Perhaps growing up on Roger Williams Avenue, being walked in a stroller in Roger Williams Park or learning his great grandfather owned the spring that became the Roger Williams National Memorial caused Bob to be smitten with the history of Rhode Island.
That led to the Herbert C. Pell Award for Excellence in American History upon graduation from La Salle Academy in 1973. He was a leader in Rhode Island Model Legislature, formed a non-profit to assist elderly residents, and participated in a program to assist maximum security inmates at the ACI. Political action came early during his middle school years as he protested in the Caesar Chavez grape boycott.
Following the path to Providence College of his father and Irish uncles, he studied Political Science. A junior year abroad expanded his horizons. A statue of Roger Williams in Switzerland showed him the true significance of his home state.
Bob and his wife Ann purchased Providence’s Pot au Feu Restaurant in 1986. A decade later he opened the Federal Reserve Restaurant. He founded the Pot au Feu Ecole de Cuisine Cooking School and created a luncheon program teaching students about French cuisine.
In 2004, Bob conducted the inaugural tour of the Independence Trail hoping 50 people might come but more than 1,000 participated, confirming that Rhode Islanders were craving stories about their history.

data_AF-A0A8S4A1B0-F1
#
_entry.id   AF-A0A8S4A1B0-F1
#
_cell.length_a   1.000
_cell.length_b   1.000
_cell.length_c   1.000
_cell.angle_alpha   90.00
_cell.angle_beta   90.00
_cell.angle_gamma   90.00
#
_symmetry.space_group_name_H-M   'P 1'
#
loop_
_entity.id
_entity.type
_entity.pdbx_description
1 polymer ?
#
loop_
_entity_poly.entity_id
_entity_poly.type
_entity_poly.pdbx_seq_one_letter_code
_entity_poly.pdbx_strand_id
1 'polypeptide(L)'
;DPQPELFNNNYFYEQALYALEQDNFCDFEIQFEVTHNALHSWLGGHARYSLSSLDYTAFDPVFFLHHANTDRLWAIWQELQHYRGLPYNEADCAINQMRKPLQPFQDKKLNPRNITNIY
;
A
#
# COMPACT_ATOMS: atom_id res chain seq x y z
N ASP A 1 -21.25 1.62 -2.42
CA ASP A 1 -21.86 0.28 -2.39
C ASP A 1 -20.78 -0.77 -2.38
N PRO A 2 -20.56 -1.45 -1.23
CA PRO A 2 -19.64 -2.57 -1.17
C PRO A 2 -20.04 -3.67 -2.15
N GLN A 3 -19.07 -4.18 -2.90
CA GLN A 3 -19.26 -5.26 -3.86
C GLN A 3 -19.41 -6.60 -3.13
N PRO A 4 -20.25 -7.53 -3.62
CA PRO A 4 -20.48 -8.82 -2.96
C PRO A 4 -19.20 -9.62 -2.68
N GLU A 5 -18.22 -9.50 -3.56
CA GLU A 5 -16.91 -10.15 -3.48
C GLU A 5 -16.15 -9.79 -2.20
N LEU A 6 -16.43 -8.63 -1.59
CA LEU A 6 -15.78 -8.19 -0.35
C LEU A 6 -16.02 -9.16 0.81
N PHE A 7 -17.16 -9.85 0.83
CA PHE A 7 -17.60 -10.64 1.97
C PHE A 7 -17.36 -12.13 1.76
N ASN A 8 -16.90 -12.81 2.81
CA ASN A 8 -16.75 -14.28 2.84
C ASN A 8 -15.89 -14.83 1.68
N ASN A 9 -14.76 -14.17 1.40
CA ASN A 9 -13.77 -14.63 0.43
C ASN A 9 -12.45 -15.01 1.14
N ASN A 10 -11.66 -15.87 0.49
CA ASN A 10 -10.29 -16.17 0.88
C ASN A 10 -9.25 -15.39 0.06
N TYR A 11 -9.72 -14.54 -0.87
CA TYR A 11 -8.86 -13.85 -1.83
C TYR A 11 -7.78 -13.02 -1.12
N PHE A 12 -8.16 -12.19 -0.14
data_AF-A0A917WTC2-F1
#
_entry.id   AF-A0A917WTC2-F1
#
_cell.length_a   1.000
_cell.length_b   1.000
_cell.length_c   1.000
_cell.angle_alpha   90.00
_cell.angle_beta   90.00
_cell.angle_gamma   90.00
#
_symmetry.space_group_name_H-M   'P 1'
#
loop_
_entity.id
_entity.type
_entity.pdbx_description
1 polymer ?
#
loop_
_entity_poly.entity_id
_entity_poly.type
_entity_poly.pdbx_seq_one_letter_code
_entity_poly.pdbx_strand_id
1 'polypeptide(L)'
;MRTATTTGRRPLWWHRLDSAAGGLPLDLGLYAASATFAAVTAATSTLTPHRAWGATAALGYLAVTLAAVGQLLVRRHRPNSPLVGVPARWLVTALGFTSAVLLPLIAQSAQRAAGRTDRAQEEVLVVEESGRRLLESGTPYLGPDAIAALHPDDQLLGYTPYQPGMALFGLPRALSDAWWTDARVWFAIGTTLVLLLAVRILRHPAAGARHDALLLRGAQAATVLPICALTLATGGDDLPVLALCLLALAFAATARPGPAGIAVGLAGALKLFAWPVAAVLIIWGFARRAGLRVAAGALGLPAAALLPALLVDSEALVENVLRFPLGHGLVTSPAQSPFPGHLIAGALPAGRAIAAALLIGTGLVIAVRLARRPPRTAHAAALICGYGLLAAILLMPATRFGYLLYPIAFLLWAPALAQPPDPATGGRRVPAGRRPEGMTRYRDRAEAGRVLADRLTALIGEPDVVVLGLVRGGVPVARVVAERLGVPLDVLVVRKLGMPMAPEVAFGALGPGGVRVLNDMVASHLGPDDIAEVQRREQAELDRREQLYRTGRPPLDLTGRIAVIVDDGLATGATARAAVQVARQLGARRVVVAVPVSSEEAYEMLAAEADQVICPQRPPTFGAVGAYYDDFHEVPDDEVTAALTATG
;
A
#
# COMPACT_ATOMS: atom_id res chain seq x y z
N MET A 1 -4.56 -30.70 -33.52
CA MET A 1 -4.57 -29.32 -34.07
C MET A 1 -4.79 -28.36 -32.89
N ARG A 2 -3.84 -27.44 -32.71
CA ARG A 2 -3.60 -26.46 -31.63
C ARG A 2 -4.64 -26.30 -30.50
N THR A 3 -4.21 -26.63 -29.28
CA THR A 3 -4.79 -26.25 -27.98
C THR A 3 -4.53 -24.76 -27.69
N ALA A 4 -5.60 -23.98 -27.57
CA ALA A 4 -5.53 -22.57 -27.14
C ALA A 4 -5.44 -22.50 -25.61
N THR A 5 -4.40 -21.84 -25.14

The tours grew to become the non-profit Independence Trail Educational Foundation in 2007. Inspired by the success of the Boston’s Freedom Trail, he collaborated with the City of Providence, the State of Rhode Island, and the Federal Government to paint a three-mile green line on sidewalks to mark the path of the Downtown trail. Dozens of bronze markers on the trail enable visitors to hear history on their phones.
Current Independence Trail projects include historic tours for students and tourists, a play about the Rhode Island slavery cartel, a Rhode Island history television series, a challenge of Boston’s “First Shot” claim, and the opening of a replica of a 1700s Colonial Tavern.
During the Pandemic of 2019-2022 he led efforts to raise funds and provide 2,500 meals to
frontline caregivers. His 500-word essay on Covid earned second place in a national writing competition with more than 3,000 competitors. He renovated Pot au Feu to provide protection to his staff and customers with the goal of becoming the “Safest Restaurant in America:’
Bob eschews the title historian preferring the moniker, “Storyteller:’ He has served on dozens of community boards, organized hundreds of events and fundraisers for non-profits, and mentored legions of young aspiring hospitality workers. In addition, he has made thousands of appearances on radio and television and has been written about locally, nationally, and internationally.
Bob is a Certified Moet et Chandon Champagne Sabreur and is likely to be found savoring champagne at the Eiffel Tower, trekking the Himalayas, rappel ling off a mountain in Africa, flip ping a catamaran in Chatham surf, or doing Polar Bear swimming every New Year’s Day.
His motto, constantly repeat ed to his two beautiful daughters Olivia and Emma, is “There’s always a way”